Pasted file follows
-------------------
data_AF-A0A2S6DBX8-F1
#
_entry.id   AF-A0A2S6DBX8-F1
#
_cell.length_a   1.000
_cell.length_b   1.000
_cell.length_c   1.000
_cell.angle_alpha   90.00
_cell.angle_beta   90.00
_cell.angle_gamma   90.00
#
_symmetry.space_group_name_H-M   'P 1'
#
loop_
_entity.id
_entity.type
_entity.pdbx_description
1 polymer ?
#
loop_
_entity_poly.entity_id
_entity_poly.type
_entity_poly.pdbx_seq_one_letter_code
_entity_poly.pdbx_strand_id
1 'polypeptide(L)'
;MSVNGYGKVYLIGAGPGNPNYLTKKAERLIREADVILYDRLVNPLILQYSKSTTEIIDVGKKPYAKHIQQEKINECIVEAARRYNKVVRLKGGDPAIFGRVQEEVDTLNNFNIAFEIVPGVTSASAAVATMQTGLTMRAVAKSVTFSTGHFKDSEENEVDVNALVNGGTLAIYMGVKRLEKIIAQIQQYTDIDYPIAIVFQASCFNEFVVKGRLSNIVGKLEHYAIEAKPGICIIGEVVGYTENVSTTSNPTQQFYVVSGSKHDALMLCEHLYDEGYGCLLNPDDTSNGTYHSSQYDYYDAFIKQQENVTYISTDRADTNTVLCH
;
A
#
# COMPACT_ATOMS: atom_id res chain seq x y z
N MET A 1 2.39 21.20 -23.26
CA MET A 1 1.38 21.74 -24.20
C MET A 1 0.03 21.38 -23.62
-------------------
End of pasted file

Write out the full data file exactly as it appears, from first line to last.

data_AF-A0A2S6DBX8-F1
#
_entry.id   AF-A0A2S6DBX8-F1
#
_cell.length_a   1.000
_cell.length_b   1.000
_cell.length_c   1.000
_cell.angle_alpha   90.00
_cell.angle_beta   90.00
_cell.angle_gamma   90.00
#
_symmetry.space_group_name_H-M   'P 1'
#
loop_
_entity.id
_entity.type
_entity.pdbx_description
1 polymer ?
#
loop_
_entity_poly.entity_id
_entity_poly.type
_entity_poly.pdbx_seq_one_letter_code
_entity_poly.pdbx_strand_id
1 'polypeptide(L)'
;MSVNGYGKVYLIGAGPGNPNYLTKKAERLIREADVILYDRLVNPLILQYSKSTTEIIDVGKKPYAKHIQQEKINECIVEAARRYNKVVRLKGGDPAIFGRVQEEVDTLNNFNIAFEIVPGVTSASAAVATMQTGLTMRAVAKSVTFSTGHFKDSEENEVDVNALVNGGTLAIYMGVKRLEKIIAQIQQYTDIDYPIAIVFQASCFNEFVVKGRLSNIVGKLEHYAIEAKPGICIIGEVVGYTENVSTTSNPTQQFYVVSGSKHDALMLCEHLYDEGYGCLLNPDDTSNGTYHSSQYDYYDAFIKQQENVTYISTDRADTNTVLCH
;
A
#
# COMPACT_ATOMS: atom_id res chain seq x y z
N MET A 1 2.39 21.20 -23.26
CA MET A 1 1.38 21.74 -24.20
C MET A 1 0.03 21.38 -23.62